It’s especially fun to visit the farm in the fall when the grounds are filled with pumpkins and gourds. Pick up some fresh pies and breads on your way out!

Sample the brews at Geronimo Brewing at Lilly’s Jury Room

Flight of beer on a picnic table beside a list of the beers
A flight at Geronimo Brewing

Geronimo Brewing uses fresh, diverse ingredients to create an ever-changing menu of interesting brews. The approach keeps visitors returning to try new styles and flavors at the microbrewery all the time. The Pathfinder Chocolate Porter on nitro is a regular offering and one of Lance’s very favorite local beers. Grab some food at Lily’s and a beer from Geronimo for a perfect evening.

See the National Shrine of Our Lady of Czestochowa

Church altar decorated with candles, flowers, and statues with the image of Mary and baby Jesus.
Altar at Our Lady of Czestochowa

Poland’s most important religious icon is honored at the National Shrine of Our Lady of Czestochowa. A faithful copy of the original Black Madonna of Czestochowa (the original is still in Poland), the icon in Doylestown was blessed by Pope John XXIII and later visited and signed by Pope John Paul II. U.S. presidents Lyndon Johnson and George H.W. Bush also visited the site, underscoring its significance.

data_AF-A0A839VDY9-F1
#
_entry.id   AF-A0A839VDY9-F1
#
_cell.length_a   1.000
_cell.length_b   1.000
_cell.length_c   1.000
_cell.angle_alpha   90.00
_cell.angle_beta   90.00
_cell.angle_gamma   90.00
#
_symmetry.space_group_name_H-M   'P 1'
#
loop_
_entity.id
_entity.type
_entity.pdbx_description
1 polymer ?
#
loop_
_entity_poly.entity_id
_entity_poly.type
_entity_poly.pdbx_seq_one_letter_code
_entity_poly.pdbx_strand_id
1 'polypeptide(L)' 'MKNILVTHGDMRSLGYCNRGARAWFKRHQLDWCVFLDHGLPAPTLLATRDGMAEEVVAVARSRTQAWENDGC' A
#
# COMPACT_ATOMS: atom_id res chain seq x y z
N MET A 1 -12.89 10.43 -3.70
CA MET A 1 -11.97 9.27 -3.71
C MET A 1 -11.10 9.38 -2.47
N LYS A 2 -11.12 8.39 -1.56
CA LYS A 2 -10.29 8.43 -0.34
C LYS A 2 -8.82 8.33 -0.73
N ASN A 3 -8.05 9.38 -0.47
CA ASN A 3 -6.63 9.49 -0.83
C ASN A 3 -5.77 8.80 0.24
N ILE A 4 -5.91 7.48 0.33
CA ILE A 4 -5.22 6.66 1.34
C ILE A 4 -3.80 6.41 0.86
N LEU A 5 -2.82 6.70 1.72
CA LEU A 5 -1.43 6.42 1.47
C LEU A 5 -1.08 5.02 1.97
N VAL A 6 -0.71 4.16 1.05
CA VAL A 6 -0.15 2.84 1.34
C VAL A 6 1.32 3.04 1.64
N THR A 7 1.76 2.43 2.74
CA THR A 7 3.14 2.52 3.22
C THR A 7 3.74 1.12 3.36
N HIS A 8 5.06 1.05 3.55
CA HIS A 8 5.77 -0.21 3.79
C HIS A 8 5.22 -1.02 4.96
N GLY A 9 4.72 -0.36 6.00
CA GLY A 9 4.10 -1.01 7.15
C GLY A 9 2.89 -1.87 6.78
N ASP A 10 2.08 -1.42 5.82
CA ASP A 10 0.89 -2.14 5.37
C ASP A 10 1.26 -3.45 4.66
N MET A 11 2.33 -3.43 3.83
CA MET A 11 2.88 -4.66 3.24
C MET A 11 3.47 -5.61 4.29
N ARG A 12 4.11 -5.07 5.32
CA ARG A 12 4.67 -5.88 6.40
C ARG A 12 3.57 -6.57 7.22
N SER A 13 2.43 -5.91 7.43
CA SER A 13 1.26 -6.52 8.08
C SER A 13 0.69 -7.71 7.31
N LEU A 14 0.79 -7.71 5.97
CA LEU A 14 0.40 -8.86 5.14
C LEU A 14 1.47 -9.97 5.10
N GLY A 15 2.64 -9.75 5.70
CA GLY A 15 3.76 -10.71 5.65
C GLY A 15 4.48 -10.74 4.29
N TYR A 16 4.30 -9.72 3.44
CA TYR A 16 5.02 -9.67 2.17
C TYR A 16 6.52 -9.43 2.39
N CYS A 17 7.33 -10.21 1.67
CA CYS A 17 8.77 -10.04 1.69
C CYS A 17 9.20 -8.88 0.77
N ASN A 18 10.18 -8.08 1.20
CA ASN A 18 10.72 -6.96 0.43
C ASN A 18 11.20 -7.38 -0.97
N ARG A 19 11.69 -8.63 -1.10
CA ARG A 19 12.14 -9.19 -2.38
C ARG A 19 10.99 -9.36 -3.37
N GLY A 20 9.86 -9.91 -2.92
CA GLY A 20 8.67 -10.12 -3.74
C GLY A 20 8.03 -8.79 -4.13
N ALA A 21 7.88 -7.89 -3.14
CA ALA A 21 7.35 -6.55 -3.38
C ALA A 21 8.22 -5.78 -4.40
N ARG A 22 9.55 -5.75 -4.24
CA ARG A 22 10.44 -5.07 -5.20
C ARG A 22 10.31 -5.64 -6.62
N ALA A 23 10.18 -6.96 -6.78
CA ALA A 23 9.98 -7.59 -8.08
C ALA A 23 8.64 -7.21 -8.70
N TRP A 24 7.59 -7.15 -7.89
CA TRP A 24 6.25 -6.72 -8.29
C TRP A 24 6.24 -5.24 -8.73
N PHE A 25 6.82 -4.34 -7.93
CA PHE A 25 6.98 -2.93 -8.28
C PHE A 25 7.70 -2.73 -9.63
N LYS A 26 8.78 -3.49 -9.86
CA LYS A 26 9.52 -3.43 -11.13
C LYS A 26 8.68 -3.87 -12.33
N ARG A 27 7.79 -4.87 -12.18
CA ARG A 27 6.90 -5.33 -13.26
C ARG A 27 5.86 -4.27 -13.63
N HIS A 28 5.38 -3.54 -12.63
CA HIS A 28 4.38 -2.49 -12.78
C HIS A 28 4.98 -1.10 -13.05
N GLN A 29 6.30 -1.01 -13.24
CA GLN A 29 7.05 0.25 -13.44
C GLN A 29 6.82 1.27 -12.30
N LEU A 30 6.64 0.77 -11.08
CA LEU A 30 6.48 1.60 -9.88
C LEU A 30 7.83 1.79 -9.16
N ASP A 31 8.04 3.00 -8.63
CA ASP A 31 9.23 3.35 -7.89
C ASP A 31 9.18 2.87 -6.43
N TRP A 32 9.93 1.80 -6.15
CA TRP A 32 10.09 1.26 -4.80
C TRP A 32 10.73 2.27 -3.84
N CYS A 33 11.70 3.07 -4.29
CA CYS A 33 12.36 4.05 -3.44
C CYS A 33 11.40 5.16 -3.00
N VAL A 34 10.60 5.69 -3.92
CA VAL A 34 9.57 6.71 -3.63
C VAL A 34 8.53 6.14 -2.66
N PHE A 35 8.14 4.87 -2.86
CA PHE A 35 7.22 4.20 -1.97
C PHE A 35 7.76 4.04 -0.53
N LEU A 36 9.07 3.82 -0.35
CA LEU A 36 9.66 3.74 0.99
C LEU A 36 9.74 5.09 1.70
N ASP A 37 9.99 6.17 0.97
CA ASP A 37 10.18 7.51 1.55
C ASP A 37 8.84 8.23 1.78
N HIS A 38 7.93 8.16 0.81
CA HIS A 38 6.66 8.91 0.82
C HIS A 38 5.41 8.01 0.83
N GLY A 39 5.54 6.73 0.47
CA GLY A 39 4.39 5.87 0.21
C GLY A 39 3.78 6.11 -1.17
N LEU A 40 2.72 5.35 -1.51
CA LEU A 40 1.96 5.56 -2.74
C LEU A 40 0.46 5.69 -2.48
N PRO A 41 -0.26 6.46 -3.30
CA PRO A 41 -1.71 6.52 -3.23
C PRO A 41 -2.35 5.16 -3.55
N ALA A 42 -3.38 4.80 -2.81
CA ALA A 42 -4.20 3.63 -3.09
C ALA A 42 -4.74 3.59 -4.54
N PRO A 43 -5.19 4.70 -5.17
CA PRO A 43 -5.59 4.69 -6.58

The shrine’s altar and stained-glass windows are impressive even for those (like us) who aren’t Catholic. The grounds attract the religious faithful and the curious to see the chapels, the Stations of the Cross, and more. The annual Polish Festival each Labor Day weekend attracts over 25,000 visitors to Doylestown to enjoy Polish food and music plus carnival rides, games, and family fun, all thanks to the presence of the unique icon.

See the Doan Outlaw graves

Old gravestone among weeds: Levi Doan, Son of Joseph & Hester, Died 9-24-1788, an outlaw.
The Doan graves just outside the cemetery wall